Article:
Verification of Guardian's Resources
sole argument on appeal is that the trial court erred in
failing to properly verify that Ms. Parker's resources
were adequate to provide Nancy appropriate care as her
guardian. We disagree.
Standard of Review
review of a permanency planning order is limited to whether
there is competent evidence in the record to support the
findings and [whether] the findings support the conclusions
of law." In re R.A.H., 182 N.C.App. 52, 57-58,
641 S.E.2d 404, 408 (2007) (citation and quotation marks
omitted). Before a trial court may appoint a guardian of the
person for a juvenile in a Chapter 7B case, the court must
"verify that the person being appointed as guardian of
the juvenile understands the legal significance of the
appointment and will have adequate resources to care
appropriately for the juvenile." N.C. Gen. Stat. §
7B-600(c) (2015), see also N.C. Gen. Stat. §
7B-906.1(j) (2015) (requiring an identical verification when
appointing a guardian of a person for a juvenile as part of
the juvenile's permanent plan). "[T]he trial court
need not make detailed findings of evidentiary facts or
extensive findings regarding the guardian's situation and
resources, . . . [but] some evidence of the guardian's
'resources' is necessary as a practical matter, since
the trial court cannot make any determination of adequacy
without evidence." In re P.A., 241 N.C.App. 53,
61-62, 772 S.E.2d 240, 246 (2015). "The court may
consider any evidence, including hearsay evidence . . . that
the court finds to be relevant, reliable, and necessary to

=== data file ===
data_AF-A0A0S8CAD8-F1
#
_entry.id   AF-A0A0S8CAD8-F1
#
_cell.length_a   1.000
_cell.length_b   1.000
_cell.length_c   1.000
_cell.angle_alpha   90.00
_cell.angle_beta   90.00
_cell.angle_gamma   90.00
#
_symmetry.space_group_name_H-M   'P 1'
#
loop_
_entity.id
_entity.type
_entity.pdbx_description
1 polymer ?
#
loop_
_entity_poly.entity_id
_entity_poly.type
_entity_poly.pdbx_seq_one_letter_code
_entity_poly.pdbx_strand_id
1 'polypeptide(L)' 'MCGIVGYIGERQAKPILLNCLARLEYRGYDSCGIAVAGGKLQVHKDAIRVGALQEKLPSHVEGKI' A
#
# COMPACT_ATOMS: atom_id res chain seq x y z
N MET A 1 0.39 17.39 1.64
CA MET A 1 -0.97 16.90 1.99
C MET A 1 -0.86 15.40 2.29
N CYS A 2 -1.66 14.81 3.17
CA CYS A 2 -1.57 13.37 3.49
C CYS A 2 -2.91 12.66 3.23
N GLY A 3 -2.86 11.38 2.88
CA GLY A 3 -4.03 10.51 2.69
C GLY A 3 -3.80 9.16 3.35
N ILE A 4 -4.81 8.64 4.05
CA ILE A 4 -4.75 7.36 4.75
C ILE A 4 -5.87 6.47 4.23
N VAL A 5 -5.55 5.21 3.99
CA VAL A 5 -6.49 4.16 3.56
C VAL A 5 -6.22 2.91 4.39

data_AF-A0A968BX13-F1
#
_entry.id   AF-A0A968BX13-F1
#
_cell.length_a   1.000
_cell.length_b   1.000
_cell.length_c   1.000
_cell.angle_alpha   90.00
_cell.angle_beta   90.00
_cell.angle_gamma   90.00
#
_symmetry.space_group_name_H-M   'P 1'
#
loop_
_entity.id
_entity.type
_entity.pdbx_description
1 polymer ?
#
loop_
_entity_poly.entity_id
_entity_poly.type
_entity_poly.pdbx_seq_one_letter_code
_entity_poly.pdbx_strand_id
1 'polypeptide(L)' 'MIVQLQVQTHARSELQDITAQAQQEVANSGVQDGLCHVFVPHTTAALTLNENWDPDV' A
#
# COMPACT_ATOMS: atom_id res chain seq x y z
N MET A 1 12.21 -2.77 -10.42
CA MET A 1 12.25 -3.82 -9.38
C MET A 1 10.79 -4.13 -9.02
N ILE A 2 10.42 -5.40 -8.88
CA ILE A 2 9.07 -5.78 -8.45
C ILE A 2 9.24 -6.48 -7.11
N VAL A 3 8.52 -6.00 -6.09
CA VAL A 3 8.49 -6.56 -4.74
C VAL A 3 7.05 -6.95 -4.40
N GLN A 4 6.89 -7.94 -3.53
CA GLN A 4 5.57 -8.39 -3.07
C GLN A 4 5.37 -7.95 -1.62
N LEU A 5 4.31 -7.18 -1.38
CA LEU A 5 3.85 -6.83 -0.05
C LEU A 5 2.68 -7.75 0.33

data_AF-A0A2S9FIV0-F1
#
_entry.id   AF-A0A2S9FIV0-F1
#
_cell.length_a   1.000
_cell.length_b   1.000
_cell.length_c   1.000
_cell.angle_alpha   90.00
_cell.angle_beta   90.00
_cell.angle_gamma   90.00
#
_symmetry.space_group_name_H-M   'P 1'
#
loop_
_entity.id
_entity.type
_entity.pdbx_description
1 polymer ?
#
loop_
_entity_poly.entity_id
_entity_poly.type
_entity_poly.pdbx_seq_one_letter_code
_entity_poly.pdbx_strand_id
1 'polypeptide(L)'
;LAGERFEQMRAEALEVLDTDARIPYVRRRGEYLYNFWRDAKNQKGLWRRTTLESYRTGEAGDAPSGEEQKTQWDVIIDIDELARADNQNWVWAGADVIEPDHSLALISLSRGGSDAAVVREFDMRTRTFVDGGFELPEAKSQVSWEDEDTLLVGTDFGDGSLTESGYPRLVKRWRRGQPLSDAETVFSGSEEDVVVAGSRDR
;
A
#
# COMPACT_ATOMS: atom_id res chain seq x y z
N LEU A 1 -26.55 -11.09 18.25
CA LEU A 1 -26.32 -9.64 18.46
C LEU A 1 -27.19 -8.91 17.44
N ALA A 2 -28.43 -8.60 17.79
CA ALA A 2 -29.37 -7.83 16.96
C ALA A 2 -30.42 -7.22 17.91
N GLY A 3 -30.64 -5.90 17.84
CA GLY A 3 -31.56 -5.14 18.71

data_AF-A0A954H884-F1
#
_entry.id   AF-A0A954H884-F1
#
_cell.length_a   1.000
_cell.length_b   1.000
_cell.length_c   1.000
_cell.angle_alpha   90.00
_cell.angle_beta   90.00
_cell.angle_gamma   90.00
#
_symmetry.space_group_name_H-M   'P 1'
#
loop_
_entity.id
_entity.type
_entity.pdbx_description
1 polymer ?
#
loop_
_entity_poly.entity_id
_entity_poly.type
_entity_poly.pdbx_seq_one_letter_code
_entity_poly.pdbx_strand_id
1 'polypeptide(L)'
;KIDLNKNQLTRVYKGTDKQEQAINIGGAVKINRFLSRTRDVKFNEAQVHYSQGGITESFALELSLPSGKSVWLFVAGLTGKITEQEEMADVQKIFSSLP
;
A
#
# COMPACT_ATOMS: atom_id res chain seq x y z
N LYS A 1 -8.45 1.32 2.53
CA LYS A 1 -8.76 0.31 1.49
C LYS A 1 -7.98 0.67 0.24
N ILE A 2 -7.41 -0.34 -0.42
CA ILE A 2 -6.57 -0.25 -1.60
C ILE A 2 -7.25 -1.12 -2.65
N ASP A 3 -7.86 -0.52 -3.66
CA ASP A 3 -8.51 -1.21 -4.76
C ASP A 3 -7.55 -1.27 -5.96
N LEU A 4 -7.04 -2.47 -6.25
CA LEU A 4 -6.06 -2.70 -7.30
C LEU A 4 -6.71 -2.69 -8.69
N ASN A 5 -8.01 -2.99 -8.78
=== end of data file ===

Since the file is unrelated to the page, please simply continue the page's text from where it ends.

determine the needs of the juvenile and the most appropriate
disposition." N.C. Gen. Stat. § 7B-906.1(c).
regard to the adequacy of Ms. Parker's resources to care
for Nancy as her guardian, the trial court found:
28. [Ms. Parker was] present at this hearing. Pursuant to
N.C. G.S. § 7B-600(b), the Court questioned [Ms. Parker]
and she understand[s] the legal significance of being
appointed the minor child's guardian, and she has
adequate resources to care appropriately for the minor child,
and [is] able to provide proper care and supervision of the
minor child in a safe home.
on appeal, respondent contends that there was no evidence
presented to the trial court to support such a finding. For
example, respondent notes that Ms. Parker "testified as
to her employment with Buncombe County Schools
Transportation, but she did not testify as to her
actual income, whether she was paid a salary or worked by the
hour, whether she received any job benefits, nor any other
specifics regarding her employment other than she had no
other source of income." Respondent notes various
financial assets which Ms. Parker may or may not have had,